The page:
I own a series of commentaries entitled, The Story of God. I like that title because it reminds me that although the Bible contains many stories of amazing people, the main character of all these stories is God!
Consider how God conducts Himself in this story and in all the other stories found in the Bible. From Genesis to Revelation God always does the right thing and He does the right thing, not because he is manipulated and cajoled into doing it, but because He is righteous to His very core. He is incapable of doing the wrong thing.
How different this is from the false gods of this world. Most people relate to their false image of God in the way Esther related to her husband. She had to placate her husband, because if he became angry, she could be deposed or even executed!
Scripture teaches us to fear God, but this fear is not because God is cruel and capricious, it is because God is holy and righteous!
The amazing thing about the book of Esther is this: God is doing the right thing, without Mordecai, Esther and the other Jews even acknowledging His presence! Their silence is deafening. They never once in this story utter the Name of God!
What an encouraging thing this is. Our world is in a mess and without question, the people of God should be doing more. Too many of us are like Mordecai and Esther were at the beginning of the story—compromised by the world; but thank God, our hope is not founded on the faithfulness and righteousness of the people of God, rather it is founded upon the faithfulness and righteousness of God!
The second contrast builds on this. The contrast is between...

Two Types of Honor

As I said earlier in this series, the ancient Near East was a honor culture. In fact, it still is. The worst possible social disgrace is to lose face—to have one’s honor violated. In our text, king Ahasuerus is a man who will do anything to preserve his honor, even if it means sacrificing others. The king went out into his garden, not because he needed time to think about what he would do to Haman. He already knew what he was doing to do. Our text says that Haman knew the king was determined to harm him! The reason King Ahasuerus went out onto the garden was because he need to think about how he could reverse the edict to annihilate the Jews without losing face. The law of the Medes and Persians could not be revoked. The order to annihilate all the Jews had his name on it!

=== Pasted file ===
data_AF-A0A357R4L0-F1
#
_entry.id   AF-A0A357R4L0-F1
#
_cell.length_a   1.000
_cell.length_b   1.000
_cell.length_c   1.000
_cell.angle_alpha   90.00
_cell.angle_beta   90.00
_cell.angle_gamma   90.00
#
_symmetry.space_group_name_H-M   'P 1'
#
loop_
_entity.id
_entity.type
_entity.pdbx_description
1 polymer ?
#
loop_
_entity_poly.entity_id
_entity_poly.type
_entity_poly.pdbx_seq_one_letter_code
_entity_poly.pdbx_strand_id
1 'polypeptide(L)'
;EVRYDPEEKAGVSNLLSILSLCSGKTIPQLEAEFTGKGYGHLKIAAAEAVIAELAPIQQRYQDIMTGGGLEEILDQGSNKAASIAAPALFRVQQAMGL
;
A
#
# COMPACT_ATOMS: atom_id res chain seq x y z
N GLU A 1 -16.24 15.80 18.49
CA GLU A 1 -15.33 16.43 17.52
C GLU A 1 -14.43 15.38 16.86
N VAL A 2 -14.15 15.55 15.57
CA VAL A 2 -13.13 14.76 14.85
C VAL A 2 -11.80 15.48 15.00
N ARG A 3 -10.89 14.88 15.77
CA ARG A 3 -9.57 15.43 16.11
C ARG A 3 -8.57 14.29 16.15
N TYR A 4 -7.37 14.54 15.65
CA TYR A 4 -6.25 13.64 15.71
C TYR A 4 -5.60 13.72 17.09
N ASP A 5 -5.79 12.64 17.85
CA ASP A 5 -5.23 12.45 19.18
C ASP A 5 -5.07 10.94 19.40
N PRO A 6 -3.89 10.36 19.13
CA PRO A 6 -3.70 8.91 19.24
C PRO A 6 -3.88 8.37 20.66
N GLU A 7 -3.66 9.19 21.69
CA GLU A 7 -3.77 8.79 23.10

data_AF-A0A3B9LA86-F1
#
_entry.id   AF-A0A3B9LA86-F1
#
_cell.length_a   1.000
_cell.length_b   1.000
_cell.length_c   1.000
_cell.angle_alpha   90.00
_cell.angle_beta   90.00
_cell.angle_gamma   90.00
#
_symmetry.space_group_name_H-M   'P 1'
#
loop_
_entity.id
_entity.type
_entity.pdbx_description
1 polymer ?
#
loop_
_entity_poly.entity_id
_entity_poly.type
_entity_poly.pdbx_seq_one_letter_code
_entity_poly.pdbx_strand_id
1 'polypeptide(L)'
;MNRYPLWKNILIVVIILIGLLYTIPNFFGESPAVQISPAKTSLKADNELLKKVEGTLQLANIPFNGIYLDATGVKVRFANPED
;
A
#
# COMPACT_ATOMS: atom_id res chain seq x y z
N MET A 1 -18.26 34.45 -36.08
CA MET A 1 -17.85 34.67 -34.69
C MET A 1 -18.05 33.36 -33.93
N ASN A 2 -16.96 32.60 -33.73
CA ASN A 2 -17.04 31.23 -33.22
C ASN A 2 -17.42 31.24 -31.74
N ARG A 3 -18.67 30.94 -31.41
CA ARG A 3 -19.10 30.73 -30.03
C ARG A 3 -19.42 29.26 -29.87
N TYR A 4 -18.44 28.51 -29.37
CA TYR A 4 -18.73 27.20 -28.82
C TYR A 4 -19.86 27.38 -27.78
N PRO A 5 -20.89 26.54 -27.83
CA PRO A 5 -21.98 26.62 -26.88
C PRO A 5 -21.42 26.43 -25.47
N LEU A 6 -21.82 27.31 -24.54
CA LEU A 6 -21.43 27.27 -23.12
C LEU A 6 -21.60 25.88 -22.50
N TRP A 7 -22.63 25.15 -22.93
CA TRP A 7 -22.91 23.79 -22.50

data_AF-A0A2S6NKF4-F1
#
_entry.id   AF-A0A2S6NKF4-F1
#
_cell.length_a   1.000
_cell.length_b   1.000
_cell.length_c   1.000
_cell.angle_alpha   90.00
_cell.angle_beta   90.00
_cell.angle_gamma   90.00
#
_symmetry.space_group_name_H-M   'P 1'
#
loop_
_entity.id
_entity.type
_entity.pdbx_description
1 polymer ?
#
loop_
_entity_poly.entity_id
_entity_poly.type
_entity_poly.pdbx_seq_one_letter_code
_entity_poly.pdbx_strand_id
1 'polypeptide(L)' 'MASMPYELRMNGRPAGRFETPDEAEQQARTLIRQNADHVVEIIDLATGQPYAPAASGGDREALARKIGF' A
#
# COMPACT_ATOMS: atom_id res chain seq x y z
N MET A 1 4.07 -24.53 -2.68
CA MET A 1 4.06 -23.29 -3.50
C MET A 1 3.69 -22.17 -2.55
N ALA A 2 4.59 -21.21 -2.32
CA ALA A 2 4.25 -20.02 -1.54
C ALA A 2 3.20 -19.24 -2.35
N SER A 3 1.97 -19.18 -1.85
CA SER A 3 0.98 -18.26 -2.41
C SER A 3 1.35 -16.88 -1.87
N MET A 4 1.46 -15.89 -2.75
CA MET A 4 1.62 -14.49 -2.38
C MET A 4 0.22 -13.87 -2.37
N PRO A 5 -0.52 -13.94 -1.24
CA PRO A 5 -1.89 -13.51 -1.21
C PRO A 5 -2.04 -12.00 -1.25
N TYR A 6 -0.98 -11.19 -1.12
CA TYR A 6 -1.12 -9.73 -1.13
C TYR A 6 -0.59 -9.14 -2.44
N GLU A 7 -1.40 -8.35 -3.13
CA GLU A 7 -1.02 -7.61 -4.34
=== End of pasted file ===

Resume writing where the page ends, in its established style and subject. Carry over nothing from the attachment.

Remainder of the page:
By God’s providence, when king Ahasuerus came back in from the garden he had a ready-made excuse—he could accuse Haman of making advances towards the queen. Haman thought he was something special because he was second only to the king, but in the king’s eyes Haman was just another pawn to be sacrificed!
At this point, I want us to stop and consider how different God is. Just like king Ahasuerus, God is jealous to preserve the honor of His Name, but the way God preserves the honor of His Name is totally different—God does not sacrifice others, He sacrifices Himself! Christ’s death on the cross is the best example of this. Paul writes:
Romans 3:23–26 ESV
for all have sinned and fall short of the glory of God, and are justified by his grace as a gift, through the redemption that is in Christ Jesus, whom God put forward as a propitiation by his blood, to be received by faith. This was to show God’s righteousness, because in his divine forbearance he had passed over former sins. It was to show his righteousness at the present time, so that he might be just and the justifier of the one who has faith in Jesus.